Confluence Retirement

Due to the feedback from stakeholders and our commitment to not adversely impact USGS science activities that Confluence supports, we are extending the migration deadline to January 2023.

In an effort to consolidate USGS hosted Wikis, myUSGS’ Confluence service is targeted for retirement. The official USGS Wiki and collaboration space is now SharePoint. Please migrate existing spaces and content to the SharePoint platform and remove it from Confluence at your earliest convenience. If you need any additional information or have any concerns about this change, please contact Thank you for your prompt attention to this matter.
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The Best Practices (BP) Focus Group was formed in early FY 2011 to compile a suite of best practices, lessons learned, and learning opportunities, regarding data management.  The goal is to organize this information and make it available through a website or portal. At our initial meetings it was decided that the best way forward would be to develop or adopt a data life cycle model that accurately reflects how USGS science data does or should travel through its life. This model will serve as the conceptual foundation upon which our data management best practices can be organized, aligned, explained, understood, and promoted.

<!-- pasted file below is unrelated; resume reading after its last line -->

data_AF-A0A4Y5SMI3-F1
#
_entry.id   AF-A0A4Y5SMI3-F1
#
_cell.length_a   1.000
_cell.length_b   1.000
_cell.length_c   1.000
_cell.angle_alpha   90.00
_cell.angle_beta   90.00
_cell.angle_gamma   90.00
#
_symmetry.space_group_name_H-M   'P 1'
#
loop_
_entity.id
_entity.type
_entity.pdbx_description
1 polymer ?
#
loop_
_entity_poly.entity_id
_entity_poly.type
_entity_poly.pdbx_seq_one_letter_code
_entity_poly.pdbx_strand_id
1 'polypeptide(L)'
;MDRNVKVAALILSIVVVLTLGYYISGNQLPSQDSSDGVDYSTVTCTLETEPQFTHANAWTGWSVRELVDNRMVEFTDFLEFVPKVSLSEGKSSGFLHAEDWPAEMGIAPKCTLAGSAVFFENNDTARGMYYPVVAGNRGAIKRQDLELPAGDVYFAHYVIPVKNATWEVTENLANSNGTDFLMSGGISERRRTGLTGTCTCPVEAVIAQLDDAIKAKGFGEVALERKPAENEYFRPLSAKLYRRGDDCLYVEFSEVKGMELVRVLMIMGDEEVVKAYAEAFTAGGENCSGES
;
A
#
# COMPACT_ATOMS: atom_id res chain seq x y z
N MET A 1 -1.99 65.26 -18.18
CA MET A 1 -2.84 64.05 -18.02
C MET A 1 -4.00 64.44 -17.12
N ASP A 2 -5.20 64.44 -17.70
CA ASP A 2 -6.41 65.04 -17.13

“As the government looks to its plan for open government through the development of tools such as, it is important to integrate these tools into the overall federal architecture and project lifecycle.”  -- Harnessing the Power of Digital Data: Taking the Next Step. Science Data Management (SDM) for Government Agencies: report from the Workshop to Improve SDM held June 29 – July 1, 2010, Washington, DC.

The Model

The following diagram embodies the BP focus group's consensus view of the USGS Science Data Life Cycle Model's key components, relationships, basic workflow, and suitable visual representation. Questions or comments about any aspect of the model are welcome and should be added to the bottom of this wiki page.